Repair, Replace, Recover
- Feb 13, 2014
At press time, Congress had just approved a $1.1 trillion spending bill funding the federal government until September.
A follow-on to the two-year budget accord achieved in December, it marked progress after three years of partisan infighting that hit a nadir last October with the first shutdown of the federal government in 17 years. Besides wasting precious time, energy and good will, the bickering has done nothing to address the fundamental challenges: a shortage of capital and the responsibility to allocate those resources wisely.
While Congress has been fighting over spending priorities, local governments continue to grapple with shortfalls that the economic recovery has yet to relieve. That leaves few options to fix or replace aging bridges, highways, railways and other transportation infrastructure. In too many places, water, power and other utilities are likewise being stretched to the limit. That creates a Catch-22 for capital-constrained jurisdictions trying to attract the additional businesses and residents needed to expand tax revenues and replenish public coffers.
Certainly, these limitations impact the real estate market as it seeks new tenants of every ilk. But the industry is by no means relegated to the sidelines. Increasingly, public agencies are seeking private partners to make repairs, replacements and expansions possible. Seasoned investors and developers that have earned the confidence of those agencies, and whose assets depend on reliable infrastructure, would seem to be natural partners.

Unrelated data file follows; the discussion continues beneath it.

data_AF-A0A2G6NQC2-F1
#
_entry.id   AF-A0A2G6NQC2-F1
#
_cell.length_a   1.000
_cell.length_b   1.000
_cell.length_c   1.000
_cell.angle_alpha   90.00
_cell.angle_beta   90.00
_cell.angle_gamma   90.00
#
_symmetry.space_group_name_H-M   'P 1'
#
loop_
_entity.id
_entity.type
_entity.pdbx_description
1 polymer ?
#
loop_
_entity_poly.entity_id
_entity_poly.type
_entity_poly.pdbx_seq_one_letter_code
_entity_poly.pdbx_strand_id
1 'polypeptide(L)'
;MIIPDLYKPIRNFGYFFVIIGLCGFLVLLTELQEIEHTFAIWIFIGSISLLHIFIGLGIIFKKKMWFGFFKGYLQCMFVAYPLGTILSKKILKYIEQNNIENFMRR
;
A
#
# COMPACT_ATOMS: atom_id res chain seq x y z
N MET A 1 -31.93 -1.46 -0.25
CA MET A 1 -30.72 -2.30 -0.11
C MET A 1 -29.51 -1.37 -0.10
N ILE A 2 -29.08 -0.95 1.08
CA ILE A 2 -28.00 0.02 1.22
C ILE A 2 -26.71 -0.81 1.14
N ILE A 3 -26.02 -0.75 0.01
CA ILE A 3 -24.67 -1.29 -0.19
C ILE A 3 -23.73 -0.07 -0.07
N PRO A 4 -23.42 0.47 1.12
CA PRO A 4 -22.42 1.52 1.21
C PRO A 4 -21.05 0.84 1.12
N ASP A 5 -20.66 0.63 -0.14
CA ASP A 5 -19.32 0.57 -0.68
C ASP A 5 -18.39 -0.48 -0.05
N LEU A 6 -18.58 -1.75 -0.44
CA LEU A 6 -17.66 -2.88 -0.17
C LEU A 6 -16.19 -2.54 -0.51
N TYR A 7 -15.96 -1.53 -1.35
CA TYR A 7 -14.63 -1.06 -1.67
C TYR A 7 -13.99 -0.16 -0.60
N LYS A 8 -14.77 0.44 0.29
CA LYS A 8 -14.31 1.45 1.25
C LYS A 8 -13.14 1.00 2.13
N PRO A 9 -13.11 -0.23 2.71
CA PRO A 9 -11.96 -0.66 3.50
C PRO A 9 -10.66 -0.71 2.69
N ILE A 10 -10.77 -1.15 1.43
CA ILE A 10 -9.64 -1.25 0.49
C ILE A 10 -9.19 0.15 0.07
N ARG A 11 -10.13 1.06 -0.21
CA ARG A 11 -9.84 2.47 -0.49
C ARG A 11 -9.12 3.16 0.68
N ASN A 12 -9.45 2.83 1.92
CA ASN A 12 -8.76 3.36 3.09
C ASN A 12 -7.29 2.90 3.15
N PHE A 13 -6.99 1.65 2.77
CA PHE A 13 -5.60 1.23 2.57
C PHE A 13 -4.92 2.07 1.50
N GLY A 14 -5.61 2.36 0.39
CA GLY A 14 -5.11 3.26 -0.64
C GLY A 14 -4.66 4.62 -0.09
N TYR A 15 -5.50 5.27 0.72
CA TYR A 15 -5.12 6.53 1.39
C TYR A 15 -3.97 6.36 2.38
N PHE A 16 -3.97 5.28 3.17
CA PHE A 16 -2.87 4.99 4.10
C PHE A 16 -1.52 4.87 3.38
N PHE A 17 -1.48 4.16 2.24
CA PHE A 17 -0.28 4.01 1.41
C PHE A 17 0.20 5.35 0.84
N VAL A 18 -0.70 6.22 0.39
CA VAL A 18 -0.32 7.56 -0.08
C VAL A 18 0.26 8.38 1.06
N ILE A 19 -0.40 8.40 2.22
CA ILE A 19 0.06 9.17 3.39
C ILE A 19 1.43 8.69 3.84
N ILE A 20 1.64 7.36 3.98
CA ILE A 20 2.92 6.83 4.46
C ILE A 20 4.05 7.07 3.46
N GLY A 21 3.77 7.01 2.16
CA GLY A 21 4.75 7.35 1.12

How best to pursue such mutually beneficial opportunities? Some forward-thinking companies are showing the way. Vulcan Inc., to name one developer, has championed road, rail and utility projects that are essential to revitalizing the South Lake Union neighborhood of its Seattle hometown. This month’s cover story, “Bridging the Gap,” examines the nation’s infrastructure challenges and how the real estate community is contributing to solutions.
One trend that may help advance the mission is the steady return of the real estate capital markets, which we address with a special section on finance during this traditional month of the Mortgage Bankers Association Commercial Real Estate Finance conference. Toward the end of last year, outstanding commercial and multi-family mortgage debt achieved new levels, with third-quarter growth in volume reaching a post-recession peak, according to the MBA. A wide variety of capital sources are ramping up volume, expanding selectively into secondary markets, providing construction financing and considering additional property types. And lender appetite is likely to grow further in 2014. According to a year-end survey by the MBA, 91 percent of top lenders project that originations will increase, with 48 percent expecting volume to increase by at least 5 percent.
That is good news indeed, although it must be tempered by a caveat. As veteran financier Jack Cohen cautions this month in a featured Q&A, prudent risk management is a necessity if the capital markets are to provide a solid foundation for continued growth.
Suzann D. Silverman, Editorial Director